INTERCOUNTY CONNECTOR OPPOSITION
Federal Agency Sued Over Environmental Study
Thursday, December 21, 2006
Four environmental groups and a Montgomery County couple filed lawsuits yesterday arguing that federal transportation officials approved the intercounty connector project before adequately studying the highway's effects on wildlife and public health.
The two federal lawsuits -- one filed in the District and the other in Maryland -- also allege that the federal environmental review did not meet legal requirements to consider other east-west transportation options. Building mass transit and improving local roads, among other measures, would cost less, do less environmental damage and combat traffic better than an 18-mile road cutting across Montgomery and Prince George's counties, the complaints say.
"The ICC has been steamrolled through the approval process without a thorough evaluation of smarter, more effective and, frankly, healthier alternatives," said one of the plaintiffs, John M. Balbus, director of the health program for Environmental Defense.
Balbus and other highway opponents spoke at a news conference in the back yard of a home on Briardale Road in the Derwood area of Rockville, where the six-lane highway would cut through a swath of woods between two neighborhoods. The road's right of way would take part of the yard and run within a few feet of the family's swing set and basketball hoop.
Doug Hecox, a spokesman for the Federal Highway Administration, said he had not seen the lawsuits. However, he said, the agency does not typically comment on pending litigation.
Maryland highway officials were not named in the lawsuits, but state Transportation Secretary Robert L. Flanagan said he had expected them. Still, he said, he was confident the state's study -- and federal officials' approval of it -- would withstand legal scrutiny.
"Every highway project that's ever been built in modern times has had to face a lawsuit," Flanagan said, adding that he had not seen the complaints. "This highway meets and, in fact, probably exceeds all federal and state environmental laws and regulations."
The plaintiffs said they hope for decisions in the cases by late summer. Their attorneys said they are not seeking an immediate injunction because state highway officials said no work that could cause environmental damage, such as tree cutting or filling in wetlands, would occur while the suits are pending. The suits probably will be settled or decided by a federal judge before any trial, lawyers said.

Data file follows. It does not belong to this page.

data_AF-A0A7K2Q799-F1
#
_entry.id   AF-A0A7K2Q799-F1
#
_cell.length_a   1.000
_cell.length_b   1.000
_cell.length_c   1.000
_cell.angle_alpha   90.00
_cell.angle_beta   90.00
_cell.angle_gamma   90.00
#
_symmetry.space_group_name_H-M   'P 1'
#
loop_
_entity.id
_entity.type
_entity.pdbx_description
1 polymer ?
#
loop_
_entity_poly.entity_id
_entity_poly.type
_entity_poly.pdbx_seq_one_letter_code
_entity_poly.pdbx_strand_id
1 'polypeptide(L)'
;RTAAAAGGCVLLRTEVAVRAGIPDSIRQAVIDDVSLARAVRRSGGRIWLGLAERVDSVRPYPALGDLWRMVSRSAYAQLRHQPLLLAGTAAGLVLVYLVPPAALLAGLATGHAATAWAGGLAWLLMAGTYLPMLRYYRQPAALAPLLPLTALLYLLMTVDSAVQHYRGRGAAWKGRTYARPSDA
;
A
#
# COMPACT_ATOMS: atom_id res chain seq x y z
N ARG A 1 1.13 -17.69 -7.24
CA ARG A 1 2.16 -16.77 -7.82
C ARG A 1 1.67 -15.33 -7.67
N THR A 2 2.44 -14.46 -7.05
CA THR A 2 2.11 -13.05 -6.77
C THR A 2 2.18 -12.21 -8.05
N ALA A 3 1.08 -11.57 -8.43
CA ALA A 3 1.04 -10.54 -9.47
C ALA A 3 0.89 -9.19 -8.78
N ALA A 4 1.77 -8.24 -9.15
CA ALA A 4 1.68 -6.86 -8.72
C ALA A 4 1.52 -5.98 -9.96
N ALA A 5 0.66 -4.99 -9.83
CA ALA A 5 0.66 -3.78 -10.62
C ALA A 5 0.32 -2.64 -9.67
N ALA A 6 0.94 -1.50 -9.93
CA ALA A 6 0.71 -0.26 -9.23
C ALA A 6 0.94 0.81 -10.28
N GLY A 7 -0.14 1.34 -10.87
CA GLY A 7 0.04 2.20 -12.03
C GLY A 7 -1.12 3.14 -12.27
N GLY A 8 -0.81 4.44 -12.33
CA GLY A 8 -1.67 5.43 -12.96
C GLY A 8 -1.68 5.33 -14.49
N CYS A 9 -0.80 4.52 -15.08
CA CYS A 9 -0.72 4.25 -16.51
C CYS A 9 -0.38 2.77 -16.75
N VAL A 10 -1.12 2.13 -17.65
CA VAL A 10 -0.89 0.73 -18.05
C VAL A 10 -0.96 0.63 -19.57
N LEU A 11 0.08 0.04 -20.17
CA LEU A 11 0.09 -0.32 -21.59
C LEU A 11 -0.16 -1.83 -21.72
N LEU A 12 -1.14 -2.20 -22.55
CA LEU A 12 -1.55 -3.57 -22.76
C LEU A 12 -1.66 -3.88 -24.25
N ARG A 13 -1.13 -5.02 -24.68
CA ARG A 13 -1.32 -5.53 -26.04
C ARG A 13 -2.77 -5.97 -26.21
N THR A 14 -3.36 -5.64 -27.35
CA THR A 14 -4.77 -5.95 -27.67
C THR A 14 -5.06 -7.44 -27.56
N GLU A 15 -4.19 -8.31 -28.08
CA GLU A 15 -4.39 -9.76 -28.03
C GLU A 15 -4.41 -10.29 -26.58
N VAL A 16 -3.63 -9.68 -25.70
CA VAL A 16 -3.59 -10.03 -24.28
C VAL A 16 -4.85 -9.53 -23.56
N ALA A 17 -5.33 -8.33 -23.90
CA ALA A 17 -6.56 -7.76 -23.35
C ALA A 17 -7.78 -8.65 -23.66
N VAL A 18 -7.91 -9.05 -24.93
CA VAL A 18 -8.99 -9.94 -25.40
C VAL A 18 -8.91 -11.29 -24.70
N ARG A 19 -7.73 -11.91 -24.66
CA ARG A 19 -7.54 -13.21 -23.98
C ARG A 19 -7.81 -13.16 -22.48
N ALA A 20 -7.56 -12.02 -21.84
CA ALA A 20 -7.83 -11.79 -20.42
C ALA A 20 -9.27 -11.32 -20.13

Gov. Robert L. Ehrlich Jr. (R) made building the highway his administration's top transportation priority, saying it would reduce congestion on dangerously crowded east-west local roads while speeding travel between the Interstate-270 corridor in Montgomery and the Interstate-95 corridor in Prince George's. Maryland officials have begun buying property in the path of the toll highway, estimated to cost $2.4 billion. The first major contract -- to design and build the westernmost section between I-270 and Georgia Avenue -- is scheduled to be awarded in March, Flanagan said.
But in U.S. District Court in Maryland, opponents will argue that federal officials didn't consider "reasonable alternatives" to a highway and didn't fully weigh such environmental effects as increased noise on parkland. The complaint listing those allegations was filed by the Audubon Naturalist Society, the Maryland Native Plant Society, and Roger Metcalf and Eve Burton, a Derwood couple who would lose their Cashell Estates home to the highway.
The other suit, filed in U.S. District Court in Washington by Environmental Defense and the Sierra Club, argues that the federal review did not properly analyze the road's effect on local pollution levels and the health of nearby residents and schoolchildren.
"It's terrifying for us having seen our kids in the hospital with asthma to know this road might be coming," said Connie McKenna, a highway opponent who lives near the proposed route.